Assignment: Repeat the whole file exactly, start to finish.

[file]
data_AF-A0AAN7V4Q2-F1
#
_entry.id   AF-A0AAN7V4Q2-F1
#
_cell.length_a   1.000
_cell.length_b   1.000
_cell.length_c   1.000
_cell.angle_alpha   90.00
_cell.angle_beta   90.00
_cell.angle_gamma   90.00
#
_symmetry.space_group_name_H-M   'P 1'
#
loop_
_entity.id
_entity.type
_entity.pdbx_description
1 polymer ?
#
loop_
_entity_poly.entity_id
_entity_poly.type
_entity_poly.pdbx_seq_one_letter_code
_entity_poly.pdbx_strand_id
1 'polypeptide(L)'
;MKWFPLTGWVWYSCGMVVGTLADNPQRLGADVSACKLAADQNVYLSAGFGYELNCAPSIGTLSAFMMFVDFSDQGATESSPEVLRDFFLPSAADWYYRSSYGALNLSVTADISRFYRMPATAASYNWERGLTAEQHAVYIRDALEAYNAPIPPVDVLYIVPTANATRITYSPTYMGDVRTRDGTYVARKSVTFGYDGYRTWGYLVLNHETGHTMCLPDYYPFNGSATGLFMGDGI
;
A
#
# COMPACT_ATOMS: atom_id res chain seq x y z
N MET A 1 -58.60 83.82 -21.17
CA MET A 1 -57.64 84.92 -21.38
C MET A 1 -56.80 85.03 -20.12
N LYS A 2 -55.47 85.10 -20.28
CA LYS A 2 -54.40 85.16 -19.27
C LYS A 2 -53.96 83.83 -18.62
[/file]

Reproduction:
data_AF-A0AAN7V4Q2-F1
#
_entry.id   AF-A0AAN7V4Q2-F1
#
_cell.length_a   1.000
_cell.length_b   1.000
_cell.length_c   1.000
_cell.angle_alpha   90.00
_cell.angle_beta   90.00
_cell.angle_gamma   90.00
#
_symmetry.space_group_name_H-M   'P 1'
#
loop_
_entity.id
_entity.type
_entity.pdbx_description
1 polymer ?
#
loop_
_entity_poly.entity_id
_entity_poly.type
_entity_poly.pdbx_seq_one_letter_code
_entity_poly.pdbx_strand_id
1 'polypeptide(L)'
;MKWFPLTGWVWYSCGMVVGTLADNPQRLGADVSACKLAADQNVYLSAGFGYELNCAPSIGTLSAFMMFVDFSDQGATESSPEVLRDFFLPSAADWYYRSSYGALNLSVTADISRFYRMPATAASYNWERGLTAEQHAVYIRDALEAYNAPIPPVDVLYIVPTANATRITYSPTYMGDVRTRDGTYVARKSVTFGYDGYRTWGYLVLNHETGHTMCLPDYYPFNGSATGLFMGDGI
;
A
#
# COMPACT_ATOMS: atom_id res chain seq x y z
N MET A 1 -58.60 83.82 -21.17
CA MET A 1 -57.64 84.92 -21.38
C MET A 1 -56.80 85.03 -20.12
N LYS A 2 -55.47 85.10 -20.28
CA LYS A 2 -54.40 85.16 -19.27
C LYS A 2 -53.96 83.83 -18.62